Coronavirus surge maroons up to 150,000 people in self-isolation

Despondent Cabra native admits ‘feeling like I have ruined everybody’s Christmas’

It will be lonely this Christmas for a growing number of people who have tested positive for Covid-19 and must now self-isolate for 10 days.

With further infections expected to be reported today and on Christmas Eve it is likely there will be up to 150,000 people obliged to spend Christmas Day alone.

Among them will be Fiona Whelan who has been self-isolating in her bedroom since testing positive on Wednesday. She had been at separate weddings on Friday and Saturday night and felt unwell on Sunday.

“I feel like I’ve been wholly irresponsible, but I didn’t break the law,” she said.


She lives at home in Cabra, north Dublin with her father (89) and mother (79) and her 19-year-old son. Her son had symptoms, but tested negative.

There had been plans for 14 members of her extended family to have Christmas. It is now down to three and she will not be there. “I feel very bad, I feel like I have ruined everybody’s Christmas,” she said.

Ms Whelan’s positive test came as a surprise as she had the disease back in July, as did her son. “I’m tired, I have a chesty cough and a sore throat now, but the other one was much worse. We were just floored, banjaxed every day.”

Still, she has her dog Alfie for company and Netflix. "I feel like I've gone through the whole of Netflix and it's only day four."

Virgin Media TV presenter Muireann O'Connell is another who will have to spend Christmas without her family. She posted on her Instagram page that she just tested positive and "the guilt is overwhelming".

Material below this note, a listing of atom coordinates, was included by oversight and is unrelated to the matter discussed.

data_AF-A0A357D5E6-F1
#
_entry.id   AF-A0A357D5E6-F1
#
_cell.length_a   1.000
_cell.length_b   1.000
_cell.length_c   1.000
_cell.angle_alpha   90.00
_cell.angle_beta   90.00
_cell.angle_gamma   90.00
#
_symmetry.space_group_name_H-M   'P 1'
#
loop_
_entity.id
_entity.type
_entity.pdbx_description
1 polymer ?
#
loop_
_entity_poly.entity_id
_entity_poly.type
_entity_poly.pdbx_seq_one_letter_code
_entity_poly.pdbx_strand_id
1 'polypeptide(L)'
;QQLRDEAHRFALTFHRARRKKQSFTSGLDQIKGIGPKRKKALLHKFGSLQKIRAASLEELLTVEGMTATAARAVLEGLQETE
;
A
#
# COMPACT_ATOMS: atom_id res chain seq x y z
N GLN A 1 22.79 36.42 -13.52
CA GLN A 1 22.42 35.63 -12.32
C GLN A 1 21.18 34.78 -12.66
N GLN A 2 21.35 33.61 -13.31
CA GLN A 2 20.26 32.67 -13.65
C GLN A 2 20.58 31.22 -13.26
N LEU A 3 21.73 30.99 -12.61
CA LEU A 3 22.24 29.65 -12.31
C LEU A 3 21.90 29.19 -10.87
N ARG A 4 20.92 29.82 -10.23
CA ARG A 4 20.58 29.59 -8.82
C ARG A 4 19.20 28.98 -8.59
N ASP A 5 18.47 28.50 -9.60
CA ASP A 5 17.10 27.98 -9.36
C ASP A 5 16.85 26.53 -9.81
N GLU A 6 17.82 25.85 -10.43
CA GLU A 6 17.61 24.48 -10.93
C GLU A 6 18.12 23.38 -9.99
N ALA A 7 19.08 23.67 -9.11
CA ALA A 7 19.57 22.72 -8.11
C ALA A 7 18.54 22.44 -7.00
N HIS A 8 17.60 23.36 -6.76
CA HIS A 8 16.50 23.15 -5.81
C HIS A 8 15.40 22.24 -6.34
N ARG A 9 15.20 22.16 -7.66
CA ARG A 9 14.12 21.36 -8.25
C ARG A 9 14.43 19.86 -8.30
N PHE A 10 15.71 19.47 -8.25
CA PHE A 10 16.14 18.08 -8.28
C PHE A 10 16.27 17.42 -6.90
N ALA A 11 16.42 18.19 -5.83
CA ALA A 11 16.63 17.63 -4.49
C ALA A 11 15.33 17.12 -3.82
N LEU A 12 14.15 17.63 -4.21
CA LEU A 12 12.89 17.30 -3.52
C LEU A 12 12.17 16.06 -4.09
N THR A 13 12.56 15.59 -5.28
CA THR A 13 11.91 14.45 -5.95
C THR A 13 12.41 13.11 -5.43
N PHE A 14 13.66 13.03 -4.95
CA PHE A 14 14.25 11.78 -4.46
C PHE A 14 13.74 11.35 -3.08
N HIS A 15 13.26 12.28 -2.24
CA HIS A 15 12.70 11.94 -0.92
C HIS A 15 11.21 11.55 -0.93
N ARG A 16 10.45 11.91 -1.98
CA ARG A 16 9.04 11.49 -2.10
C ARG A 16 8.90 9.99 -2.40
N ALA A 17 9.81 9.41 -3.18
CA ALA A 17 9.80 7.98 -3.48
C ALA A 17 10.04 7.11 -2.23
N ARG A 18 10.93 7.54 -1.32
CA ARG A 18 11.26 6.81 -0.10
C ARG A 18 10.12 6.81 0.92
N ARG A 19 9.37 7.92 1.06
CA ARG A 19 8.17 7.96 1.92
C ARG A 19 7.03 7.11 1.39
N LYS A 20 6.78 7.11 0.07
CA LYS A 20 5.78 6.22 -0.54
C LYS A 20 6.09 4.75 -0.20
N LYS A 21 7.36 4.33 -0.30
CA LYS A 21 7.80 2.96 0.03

Her father Brendan died back in March and it was to be the family's first Christmas in her home town of Limerick without him.

“It’s bad enough thinking about having given this to someone, but at Christmas . . . It’s horrendous,” she wrote.

“Not only that but this is our first Christmas without Dad and I feel like the worst daughter. It was always gonna be shit but just being there would at least have been something. I know I’m not alone.”

David Whelan, his wife and son and daughter in Malahide were planning on meeting up with his wife's family in north Wales for Christmas.

They had booked the ferry, packed their bags and bought presents. But one of the family, who went to a house party at the weekend, tested positive at 9pm on Wednesday night less than 12 hours before they were due to get on the ferry.

No presents

The family have since rebooked for Easter. In the meantime the cupboard is bare and they had to shop for groceries on Thursday morning while also waiting for a Covid-19 test for the three remaining family members.

“Christmas dinner could be anywhere from one to four of us depending on test results and isolation. And no Christmas pressies to hand out either!” said Mr Whelan.

“We were going to visit my wife’s family for Christmas. We go over every second Christmas. We had booked a large B&B. Covid-19 has put the kibosh on that.”

Andrew O’Reilly said he had been very careful but met a work colleague who tested positive and he did too.

“My heart sank and suddenly Christmas was cancelled. My partner sleeps in the sitting room, while I’m stuck in the bedroom, and we talk through the door. This is what Christmas will look like, I guess,” he said.

“I had planned my first day off work in a long time on the 21st to finish my Christmas shopping and wrap presents, but instead I spent the day in my room, trying to organise some groceries and essentials, which was difficult with all of the delivery slots being taken due to the time of year.

"Dunnes Stores in Tallaght doesn't usually do a click-and-collect service, but they understood the situation and were very helpful in taking a list over the phone, so we can at least have some treats for Christmas day."

Ronan McGreevy

Ronan McGreevy

Ronan McGreevy is a news reporter with The Irish Times